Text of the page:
An electromagnetic flow sensor was placed on the distal fetal aorta (umbilical flow fraction 78.1±1.6 SEM, %), an inflatable occluder was tied around the umbilical cord, and catheters were placed in distal branches of an umbilical artery and vein, a uterine vein, and in the amniotic cavity. An inflatable occluder was tied around the vagina of some of the ewes. Control values 3 days after surgery were (mean±SE): fetal femoral artery pH, 7.37±0.01; umbilical blood flow, 186±14 ml.min-1.kg fetus-1; fetal arterial blood pressure, 39±3 mmHg; and umbilical venous pressure, 7.4±1.0 mmHg (above intrauterine pressure). Fetal weight at autopsy was 3.1±0.3 kg, n=11. Small increases in umbilical vein pressure caused immediate decreases in placental blood flow without decreases in fetal arterial blood pressure. The relation between venous pressure and umbilical blood flow at constant arterial pressure was that of an inert system, i.e., no evidence of a surrounding pressure (Starling resistor effect or waterfall phenomenon) could be found with increases in venous pressures of 2 to 40 mmHg. The results were not affected by increases in uterine vein pressure between 2 and 30 mmHg, nor by anesthesia and supine position of the ewe, nor by ganglionic blockade of the fetal ANS. It was concluded that surrounding pressures in the fetal placental circulation could not be demonstrated.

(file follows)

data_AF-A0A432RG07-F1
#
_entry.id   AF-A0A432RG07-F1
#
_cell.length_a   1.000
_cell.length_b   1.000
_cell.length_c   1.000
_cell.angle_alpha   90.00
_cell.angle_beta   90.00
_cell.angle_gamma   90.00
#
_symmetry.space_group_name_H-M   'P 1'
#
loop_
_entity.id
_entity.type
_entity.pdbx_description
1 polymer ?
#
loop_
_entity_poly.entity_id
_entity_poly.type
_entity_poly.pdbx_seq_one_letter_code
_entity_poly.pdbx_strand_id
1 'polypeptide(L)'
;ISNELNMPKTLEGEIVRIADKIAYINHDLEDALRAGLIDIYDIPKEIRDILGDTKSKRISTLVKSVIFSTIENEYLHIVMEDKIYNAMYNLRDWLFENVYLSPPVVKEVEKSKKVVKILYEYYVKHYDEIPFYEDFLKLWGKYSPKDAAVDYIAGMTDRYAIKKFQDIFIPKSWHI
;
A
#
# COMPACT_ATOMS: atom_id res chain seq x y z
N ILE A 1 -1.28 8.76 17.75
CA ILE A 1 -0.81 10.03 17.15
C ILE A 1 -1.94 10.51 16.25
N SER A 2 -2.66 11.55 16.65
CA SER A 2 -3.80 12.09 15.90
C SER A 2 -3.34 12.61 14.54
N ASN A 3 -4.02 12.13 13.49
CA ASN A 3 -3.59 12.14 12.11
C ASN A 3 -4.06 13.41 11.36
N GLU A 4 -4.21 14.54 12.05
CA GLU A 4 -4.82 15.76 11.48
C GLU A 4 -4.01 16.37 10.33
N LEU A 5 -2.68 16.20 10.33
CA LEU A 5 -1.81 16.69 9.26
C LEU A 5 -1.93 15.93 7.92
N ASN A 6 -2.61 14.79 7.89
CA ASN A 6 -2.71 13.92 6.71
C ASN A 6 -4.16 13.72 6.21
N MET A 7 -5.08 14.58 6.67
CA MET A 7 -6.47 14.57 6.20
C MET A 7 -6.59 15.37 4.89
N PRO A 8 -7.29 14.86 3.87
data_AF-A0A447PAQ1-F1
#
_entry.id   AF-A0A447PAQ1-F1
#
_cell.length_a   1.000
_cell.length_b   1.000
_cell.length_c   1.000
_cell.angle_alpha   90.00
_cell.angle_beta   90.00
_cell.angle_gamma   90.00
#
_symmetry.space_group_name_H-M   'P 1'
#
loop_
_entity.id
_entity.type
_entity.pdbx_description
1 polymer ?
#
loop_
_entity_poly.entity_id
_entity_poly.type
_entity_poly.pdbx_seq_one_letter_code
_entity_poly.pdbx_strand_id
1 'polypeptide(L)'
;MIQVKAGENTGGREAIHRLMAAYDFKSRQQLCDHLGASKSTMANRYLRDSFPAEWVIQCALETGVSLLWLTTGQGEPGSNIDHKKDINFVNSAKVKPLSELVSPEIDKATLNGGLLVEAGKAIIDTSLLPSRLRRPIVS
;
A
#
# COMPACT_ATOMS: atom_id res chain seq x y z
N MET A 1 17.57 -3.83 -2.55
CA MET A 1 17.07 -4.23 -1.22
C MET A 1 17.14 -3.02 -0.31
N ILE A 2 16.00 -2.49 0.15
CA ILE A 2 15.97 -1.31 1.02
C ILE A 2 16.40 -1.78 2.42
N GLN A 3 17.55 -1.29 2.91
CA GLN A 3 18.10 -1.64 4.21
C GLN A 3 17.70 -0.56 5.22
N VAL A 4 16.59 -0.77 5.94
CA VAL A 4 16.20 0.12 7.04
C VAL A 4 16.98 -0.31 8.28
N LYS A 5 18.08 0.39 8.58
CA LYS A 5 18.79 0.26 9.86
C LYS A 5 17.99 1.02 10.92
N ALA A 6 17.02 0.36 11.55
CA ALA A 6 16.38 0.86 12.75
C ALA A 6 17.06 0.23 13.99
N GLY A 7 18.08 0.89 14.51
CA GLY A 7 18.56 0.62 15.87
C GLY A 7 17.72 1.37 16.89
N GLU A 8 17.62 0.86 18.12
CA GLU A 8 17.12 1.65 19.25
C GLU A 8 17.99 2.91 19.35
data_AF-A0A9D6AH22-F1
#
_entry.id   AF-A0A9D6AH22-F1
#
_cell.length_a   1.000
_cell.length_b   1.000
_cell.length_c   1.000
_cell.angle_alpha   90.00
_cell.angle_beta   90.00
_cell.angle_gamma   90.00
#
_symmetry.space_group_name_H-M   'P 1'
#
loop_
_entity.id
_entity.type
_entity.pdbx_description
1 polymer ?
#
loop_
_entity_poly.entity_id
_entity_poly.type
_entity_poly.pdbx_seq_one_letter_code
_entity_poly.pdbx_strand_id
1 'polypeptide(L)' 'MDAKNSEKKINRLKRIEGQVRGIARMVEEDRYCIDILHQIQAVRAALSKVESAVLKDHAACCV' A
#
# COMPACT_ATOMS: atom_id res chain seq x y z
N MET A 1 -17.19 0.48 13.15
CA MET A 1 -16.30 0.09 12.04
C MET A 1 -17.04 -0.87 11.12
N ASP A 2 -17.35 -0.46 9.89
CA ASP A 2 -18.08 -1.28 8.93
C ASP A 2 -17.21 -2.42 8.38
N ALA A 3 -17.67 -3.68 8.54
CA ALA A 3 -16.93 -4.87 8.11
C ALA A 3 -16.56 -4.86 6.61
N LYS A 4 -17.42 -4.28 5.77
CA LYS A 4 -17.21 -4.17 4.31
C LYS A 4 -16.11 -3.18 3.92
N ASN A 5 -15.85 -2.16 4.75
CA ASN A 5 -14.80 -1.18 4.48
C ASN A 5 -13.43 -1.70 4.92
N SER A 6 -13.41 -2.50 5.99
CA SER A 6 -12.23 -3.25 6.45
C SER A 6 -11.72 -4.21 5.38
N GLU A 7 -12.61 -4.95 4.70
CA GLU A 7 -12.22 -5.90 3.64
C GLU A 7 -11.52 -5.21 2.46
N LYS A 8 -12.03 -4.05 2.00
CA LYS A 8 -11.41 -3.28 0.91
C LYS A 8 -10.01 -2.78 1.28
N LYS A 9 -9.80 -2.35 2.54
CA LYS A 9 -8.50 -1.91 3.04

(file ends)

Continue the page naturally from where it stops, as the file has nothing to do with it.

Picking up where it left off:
|Original language||English (US)|
|Title of host publication||American Journal of Physiology|
|Number of pages||7|
|Publication status||Published - 1976|
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